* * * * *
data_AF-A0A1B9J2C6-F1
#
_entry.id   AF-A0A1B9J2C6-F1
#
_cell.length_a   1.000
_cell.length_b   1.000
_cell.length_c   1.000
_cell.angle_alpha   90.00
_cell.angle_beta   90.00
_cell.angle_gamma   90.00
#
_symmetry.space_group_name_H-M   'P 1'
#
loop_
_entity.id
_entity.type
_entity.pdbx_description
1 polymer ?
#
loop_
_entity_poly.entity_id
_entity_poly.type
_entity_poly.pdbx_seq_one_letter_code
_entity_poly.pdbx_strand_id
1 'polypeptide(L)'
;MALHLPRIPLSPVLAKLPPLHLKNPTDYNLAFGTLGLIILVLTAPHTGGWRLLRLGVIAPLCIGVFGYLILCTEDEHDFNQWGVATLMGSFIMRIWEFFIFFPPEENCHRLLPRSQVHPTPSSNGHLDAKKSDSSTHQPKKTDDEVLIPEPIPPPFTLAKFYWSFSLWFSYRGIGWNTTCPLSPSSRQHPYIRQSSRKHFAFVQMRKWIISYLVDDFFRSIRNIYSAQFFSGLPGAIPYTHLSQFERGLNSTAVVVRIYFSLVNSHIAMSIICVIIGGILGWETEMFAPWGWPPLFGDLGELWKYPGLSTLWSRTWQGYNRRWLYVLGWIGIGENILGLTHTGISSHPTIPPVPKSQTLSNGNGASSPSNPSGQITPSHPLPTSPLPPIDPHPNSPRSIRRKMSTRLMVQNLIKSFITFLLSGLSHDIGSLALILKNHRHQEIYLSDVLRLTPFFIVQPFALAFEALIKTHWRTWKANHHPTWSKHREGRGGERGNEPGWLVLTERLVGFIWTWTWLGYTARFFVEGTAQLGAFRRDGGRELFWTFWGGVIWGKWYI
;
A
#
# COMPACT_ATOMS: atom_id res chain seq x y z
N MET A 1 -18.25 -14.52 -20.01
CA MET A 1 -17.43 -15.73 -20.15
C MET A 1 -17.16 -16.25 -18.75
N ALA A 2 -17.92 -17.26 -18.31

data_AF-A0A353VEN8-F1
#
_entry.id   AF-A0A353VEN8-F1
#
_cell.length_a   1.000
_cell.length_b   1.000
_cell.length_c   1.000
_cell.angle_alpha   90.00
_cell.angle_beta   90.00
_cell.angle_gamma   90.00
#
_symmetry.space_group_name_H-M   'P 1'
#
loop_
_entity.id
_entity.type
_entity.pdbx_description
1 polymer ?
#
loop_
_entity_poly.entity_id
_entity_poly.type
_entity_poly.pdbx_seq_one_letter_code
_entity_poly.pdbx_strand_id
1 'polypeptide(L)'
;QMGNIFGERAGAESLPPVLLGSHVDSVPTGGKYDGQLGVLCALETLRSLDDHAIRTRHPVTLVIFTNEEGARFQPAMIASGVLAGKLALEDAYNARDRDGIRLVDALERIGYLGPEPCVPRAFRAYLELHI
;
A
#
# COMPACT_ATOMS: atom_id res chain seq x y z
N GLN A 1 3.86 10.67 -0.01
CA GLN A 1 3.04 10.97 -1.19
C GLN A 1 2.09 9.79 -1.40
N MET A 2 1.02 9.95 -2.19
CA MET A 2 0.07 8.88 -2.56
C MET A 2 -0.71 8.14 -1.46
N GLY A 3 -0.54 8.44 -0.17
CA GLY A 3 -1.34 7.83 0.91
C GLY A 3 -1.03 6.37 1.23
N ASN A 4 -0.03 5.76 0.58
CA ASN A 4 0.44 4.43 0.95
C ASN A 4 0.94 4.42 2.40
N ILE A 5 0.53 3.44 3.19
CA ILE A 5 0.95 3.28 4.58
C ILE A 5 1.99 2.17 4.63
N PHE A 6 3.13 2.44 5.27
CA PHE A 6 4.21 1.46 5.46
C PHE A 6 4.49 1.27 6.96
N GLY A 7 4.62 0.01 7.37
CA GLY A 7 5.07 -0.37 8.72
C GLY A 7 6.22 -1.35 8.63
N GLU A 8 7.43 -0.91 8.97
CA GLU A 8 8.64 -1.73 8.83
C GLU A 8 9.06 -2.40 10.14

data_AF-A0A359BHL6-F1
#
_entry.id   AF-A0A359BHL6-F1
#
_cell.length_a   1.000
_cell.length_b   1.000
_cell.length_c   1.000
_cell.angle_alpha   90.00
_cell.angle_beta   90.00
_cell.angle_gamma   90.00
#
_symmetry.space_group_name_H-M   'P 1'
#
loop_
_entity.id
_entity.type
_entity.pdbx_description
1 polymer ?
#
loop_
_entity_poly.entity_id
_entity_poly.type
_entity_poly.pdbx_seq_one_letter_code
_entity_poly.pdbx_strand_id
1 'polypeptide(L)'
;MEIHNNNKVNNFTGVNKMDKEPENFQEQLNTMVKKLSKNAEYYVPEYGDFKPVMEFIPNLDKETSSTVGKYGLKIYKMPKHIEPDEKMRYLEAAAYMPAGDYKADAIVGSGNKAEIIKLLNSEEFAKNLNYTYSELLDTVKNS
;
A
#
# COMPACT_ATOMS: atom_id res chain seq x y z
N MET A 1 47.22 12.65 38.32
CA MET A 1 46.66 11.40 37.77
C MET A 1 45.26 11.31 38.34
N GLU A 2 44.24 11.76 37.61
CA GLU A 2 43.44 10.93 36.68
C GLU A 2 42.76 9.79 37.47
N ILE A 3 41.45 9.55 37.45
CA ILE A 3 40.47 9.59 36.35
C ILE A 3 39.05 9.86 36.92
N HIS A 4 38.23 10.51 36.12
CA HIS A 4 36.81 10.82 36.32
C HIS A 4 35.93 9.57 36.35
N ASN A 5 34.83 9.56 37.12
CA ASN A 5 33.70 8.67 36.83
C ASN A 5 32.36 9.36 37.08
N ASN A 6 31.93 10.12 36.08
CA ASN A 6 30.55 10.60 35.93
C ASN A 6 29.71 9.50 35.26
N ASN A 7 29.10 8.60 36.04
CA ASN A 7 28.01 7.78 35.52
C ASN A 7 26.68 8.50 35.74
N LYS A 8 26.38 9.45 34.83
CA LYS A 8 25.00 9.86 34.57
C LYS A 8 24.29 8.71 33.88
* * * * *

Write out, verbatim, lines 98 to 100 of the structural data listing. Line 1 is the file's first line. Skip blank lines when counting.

_cell.angle_gamma   90.00
#
_symmetry.space_group_name_H-M   'P 1'